Tuesday, August 21, 2012


For over two and a half years now, I've wrestled with the same question question: How do I live in harmony with chronic illness? I started this blog to chronicle my journey and my attempts at finding peace in the midst of the chaos of living with Lyme disease.

No one can predict what the future will hold for them (except maybe Miss Cleo), but with chronic illness, it's especially hard to plan for the future. So much of your life is up in the air. Making short-term plans can be a nightmare; making long-term plans, nearly impossible.

When I started this blog, I didn't make feeble attempts at guessing what my health would be like "X" years down the road, but I certainly didn't picture myself so sick this far down the road. Here I am, well into my Lyme disease journey and I've been thrown a completely new curve ball: I'm having seizures. A lot of them.

This is all new to me and a lot to digest. I feel like a lot of doors are being slammed shut in my life right now. I'm trying to be gentle with myself though, and I keep reminding myself that just because a door is closed right now, does not mean I won't be given the key in the future.

So now I'm wrestling with a new question: How do I live in harmony with seizures? Where do I put my hopes and dreams that I've already had to put on hold for so long? I want so badly to be able to fulfill my lifelong dream of becoming a massage therapist. I want to help other people struggling to cope with the life of chronic pain, but for now, the only way I can do that is through my words on this blog.

I'm sad and I'm scared. I want answers. But I still have hope. And honestly, that's really all that matters. I will overcome this!

Monday, August 20, 2012

I don't like this post already and I haven't even written it. So let me start off with something good. Two things I am grateful for about today: (One) a great phlebotomist and (Two) the fact that my horse is boarded right around the corner from my doctor's office. Maybe you've guessed by now that I'm not doing well.

Thursday was my birthday, and I kicked it off with a seizure. I hadn't had one in several months. Friday, I had another seizure. This morning I had two more episodes. Technically, we don't know if they are bona fide seizures. I've heard the terms partial seizures, pseudo-seizures and convulsions. Whatever you want to call them, they are scary.

I was able to get in to see my Lyme doctor this morning and she got to witness an episode. To make a long story short, I have to take a million medicines and I have to have a million tests done. I am nine vials of blood less than I was before my appointment (cheers to an awesome phlebotomist, though, which makes all the difference in the world!). I thought I was going to break my record for most number of vials of blood taken, but, I did not (12 is my record, for the record).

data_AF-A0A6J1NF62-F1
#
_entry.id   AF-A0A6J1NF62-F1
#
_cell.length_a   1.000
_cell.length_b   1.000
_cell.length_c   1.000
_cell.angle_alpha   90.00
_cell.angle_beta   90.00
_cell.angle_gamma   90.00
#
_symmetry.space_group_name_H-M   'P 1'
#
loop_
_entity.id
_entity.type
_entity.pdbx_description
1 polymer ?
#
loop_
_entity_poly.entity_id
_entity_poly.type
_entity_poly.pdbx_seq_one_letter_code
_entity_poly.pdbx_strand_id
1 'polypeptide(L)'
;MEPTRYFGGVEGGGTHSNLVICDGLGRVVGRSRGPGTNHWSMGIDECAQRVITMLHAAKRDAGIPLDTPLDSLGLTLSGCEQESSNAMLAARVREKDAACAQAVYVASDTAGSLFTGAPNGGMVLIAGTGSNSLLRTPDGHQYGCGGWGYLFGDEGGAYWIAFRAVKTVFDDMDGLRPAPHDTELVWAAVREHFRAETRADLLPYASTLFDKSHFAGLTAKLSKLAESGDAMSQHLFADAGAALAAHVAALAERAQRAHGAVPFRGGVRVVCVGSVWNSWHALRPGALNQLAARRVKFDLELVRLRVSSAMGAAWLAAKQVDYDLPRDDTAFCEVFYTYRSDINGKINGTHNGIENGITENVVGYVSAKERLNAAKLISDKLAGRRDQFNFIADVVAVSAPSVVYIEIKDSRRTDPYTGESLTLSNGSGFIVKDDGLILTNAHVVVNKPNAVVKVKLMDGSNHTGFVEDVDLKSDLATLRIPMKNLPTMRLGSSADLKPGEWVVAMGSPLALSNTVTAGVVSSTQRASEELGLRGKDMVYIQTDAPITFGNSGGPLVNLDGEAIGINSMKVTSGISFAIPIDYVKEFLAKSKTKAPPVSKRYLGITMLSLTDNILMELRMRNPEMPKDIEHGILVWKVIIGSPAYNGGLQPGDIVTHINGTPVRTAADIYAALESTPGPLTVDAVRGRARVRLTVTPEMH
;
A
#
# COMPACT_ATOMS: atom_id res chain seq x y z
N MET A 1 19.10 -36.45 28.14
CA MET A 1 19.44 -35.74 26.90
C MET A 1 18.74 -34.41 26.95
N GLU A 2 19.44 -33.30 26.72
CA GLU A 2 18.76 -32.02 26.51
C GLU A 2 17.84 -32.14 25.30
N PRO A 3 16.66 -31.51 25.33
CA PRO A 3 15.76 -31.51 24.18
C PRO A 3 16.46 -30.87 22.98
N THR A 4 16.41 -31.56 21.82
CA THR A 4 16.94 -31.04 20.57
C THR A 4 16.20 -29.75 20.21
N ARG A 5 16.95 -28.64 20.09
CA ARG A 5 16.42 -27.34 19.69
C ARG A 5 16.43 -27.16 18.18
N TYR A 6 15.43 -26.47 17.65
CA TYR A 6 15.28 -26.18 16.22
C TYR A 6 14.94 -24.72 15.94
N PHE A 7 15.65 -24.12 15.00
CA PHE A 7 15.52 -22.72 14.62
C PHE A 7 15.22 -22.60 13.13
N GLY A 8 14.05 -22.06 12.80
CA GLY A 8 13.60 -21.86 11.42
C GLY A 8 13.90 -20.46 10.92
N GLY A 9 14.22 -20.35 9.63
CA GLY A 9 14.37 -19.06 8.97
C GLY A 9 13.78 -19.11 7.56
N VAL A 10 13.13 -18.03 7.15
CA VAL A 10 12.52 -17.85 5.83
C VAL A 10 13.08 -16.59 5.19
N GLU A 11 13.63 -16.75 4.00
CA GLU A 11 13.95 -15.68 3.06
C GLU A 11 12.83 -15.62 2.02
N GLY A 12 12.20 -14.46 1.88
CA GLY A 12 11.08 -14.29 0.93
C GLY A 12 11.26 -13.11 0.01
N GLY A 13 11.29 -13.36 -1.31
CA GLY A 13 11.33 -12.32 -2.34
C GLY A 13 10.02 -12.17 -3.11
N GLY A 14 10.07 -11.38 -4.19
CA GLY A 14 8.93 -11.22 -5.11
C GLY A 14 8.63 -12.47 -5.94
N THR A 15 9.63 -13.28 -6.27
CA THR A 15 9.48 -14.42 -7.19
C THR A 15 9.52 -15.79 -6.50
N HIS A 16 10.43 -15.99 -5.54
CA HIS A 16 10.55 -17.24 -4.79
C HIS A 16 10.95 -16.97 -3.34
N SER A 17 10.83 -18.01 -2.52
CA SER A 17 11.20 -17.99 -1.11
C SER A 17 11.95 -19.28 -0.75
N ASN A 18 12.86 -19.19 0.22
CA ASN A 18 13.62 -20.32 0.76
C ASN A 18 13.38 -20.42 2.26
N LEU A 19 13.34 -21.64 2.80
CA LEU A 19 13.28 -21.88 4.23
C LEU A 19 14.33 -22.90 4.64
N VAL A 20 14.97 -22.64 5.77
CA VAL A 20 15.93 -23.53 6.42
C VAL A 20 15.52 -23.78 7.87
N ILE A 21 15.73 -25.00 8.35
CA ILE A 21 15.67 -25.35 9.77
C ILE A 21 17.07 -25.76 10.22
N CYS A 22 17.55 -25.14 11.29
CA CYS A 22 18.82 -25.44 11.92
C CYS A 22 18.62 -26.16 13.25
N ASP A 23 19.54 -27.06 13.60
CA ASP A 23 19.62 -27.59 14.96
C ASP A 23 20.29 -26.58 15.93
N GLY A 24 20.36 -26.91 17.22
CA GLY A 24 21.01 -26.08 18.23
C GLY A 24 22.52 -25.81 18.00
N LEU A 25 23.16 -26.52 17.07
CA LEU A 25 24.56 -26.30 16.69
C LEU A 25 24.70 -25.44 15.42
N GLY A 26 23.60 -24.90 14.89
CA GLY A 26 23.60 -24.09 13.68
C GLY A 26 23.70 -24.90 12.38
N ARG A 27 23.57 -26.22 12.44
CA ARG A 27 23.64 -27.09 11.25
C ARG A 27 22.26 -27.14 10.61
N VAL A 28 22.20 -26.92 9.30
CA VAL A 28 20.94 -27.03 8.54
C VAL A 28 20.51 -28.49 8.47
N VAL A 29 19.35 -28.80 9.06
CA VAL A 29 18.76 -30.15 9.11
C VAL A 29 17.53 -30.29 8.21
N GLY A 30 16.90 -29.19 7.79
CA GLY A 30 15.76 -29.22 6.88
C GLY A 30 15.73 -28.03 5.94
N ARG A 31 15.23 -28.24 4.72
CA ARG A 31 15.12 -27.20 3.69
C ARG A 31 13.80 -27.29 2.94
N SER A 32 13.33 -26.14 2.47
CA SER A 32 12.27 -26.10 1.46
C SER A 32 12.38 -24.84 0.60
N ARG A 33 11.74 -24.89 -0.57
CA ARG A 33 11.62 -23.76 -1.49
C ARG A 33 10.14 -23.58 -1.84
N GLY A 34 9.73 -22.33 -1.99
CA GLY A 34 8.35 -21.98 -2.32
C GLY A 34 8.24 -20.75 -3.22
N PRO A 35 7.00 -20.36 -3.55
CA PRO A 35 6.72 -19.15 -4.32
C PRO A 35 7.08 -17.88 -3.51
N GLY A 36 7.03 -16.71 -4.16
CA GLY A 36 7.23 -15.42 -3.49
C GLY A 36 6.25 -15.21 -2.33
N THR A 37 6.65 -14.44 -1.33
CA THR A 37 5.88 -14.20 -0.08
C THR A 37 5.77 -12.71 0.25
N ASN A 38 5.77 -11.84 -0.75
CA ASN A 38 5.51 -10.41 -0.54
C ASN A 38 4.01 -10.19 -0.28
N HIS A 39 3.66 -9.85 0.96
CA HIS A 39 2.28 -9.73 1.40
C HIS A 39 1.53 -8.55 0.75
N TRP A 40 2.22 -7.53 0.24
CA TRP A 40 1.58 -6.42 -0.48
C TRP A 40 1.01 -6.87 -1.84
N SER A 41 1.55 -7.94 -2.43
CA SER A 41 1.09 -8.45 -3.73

Brief visit with my pony after my doctor's appointment

So...This all stinks, and as expected, I'm scared, angry, frustrated and unhappy that all of this is happening to me. But there's not much else I can do but try to adjust, keep my chin up and stay positive. 

If you want to know how you can help, please consider making a donation in my honor to raise money for Lyme disease research. Feel free to share this post and/or link to my donation page.

Wednesday, August 8, 2012

Bicillin, Round Deux

When my Lyme disease is flaring up really badly (like now), my brain starts trying to spell things like a 1st grader would./Win mi lim dizeaz iz flar ring up rily badlee (lik naw), mi brayn starrts tri ying to spel things lik a furst grayder wod. Needless to say, writing has become incredibly difficult and time consuming for me.

Stringing together words and sentences into anything coherent is daunting and takes days. I'm embarrassed to admit that I've been working on this particular blog post for several days, desperately trying to put facts together in proper order, not omit any necessary information, and/or at the very least, to make this post make sense! If I don't break up my posts into small paragraphs, I'm not able to read them at all, which is a common problem among fellow Lyme sufferers.
Gratuitous picture of my cat to help break up the text. You're welcome, Lyme friends.

When I got off of my intramuscular Bicillin injections (shots to the butt) a few months ago, my nasty brain symptoms came back and I felt myself slipping back into the brain sludge that makes Lyme disease mimic Alzheimer's disease--finding myself lost in a brain unable to remember the whos, whats, whens, wheres and whys of daily life that most of us take for granted unless sickness comes and steals away our memory. (We don't even need to talk about the microwave incident today...)

I've fallen back down to functioning at a much lower level of my pre-sick self--maybe around 45%. I tire very easily and I can't remember anything without sticking post-it notes to my forehead.
So, on Mondays, Wednesdays and Fridays, my butt has a date with Bicillin, once again. Last Friday was my first day back on shots. The reason I'm back on these injections after I already did several months of them is that it was too soon to quit, (quitting the shots was my own personal decision and was not my doctor's suggestion) and so the Lyme disease came back with a vengeance.
Let us all pause for a brief intermission as we all OOH and AHH over this Mama Llama and her cute baby.

While on the shots, I was functioning at about 90 or 95%. The goal with Lyme treatment is to be symptom free for two months before quitting treatment. I thought I would be okay to switch from shots to oral antibiotics, but my body wasn't quite ready and my health has gone downhill ever since.

Most oral antibiotics do not cross the blood brain barrier, whereas intramuscular injections do. That is important in the case of chronic Lyme disease because this infection is in my brain. And I really, really, really would like my brain back! Perhaps it's time to start posting fliers on telephone poles in my neighborhood: REWARD! Have you seen this woman's brain? If found, please return (minus spirochetes) to Alyson.

Well, folks, my brain is shutting down now. So, go on! You've got your update! You'll get another post when my ability to read and write comes back. And if this post doesn't make a lick of sense, well, enjoy this picture of a frog...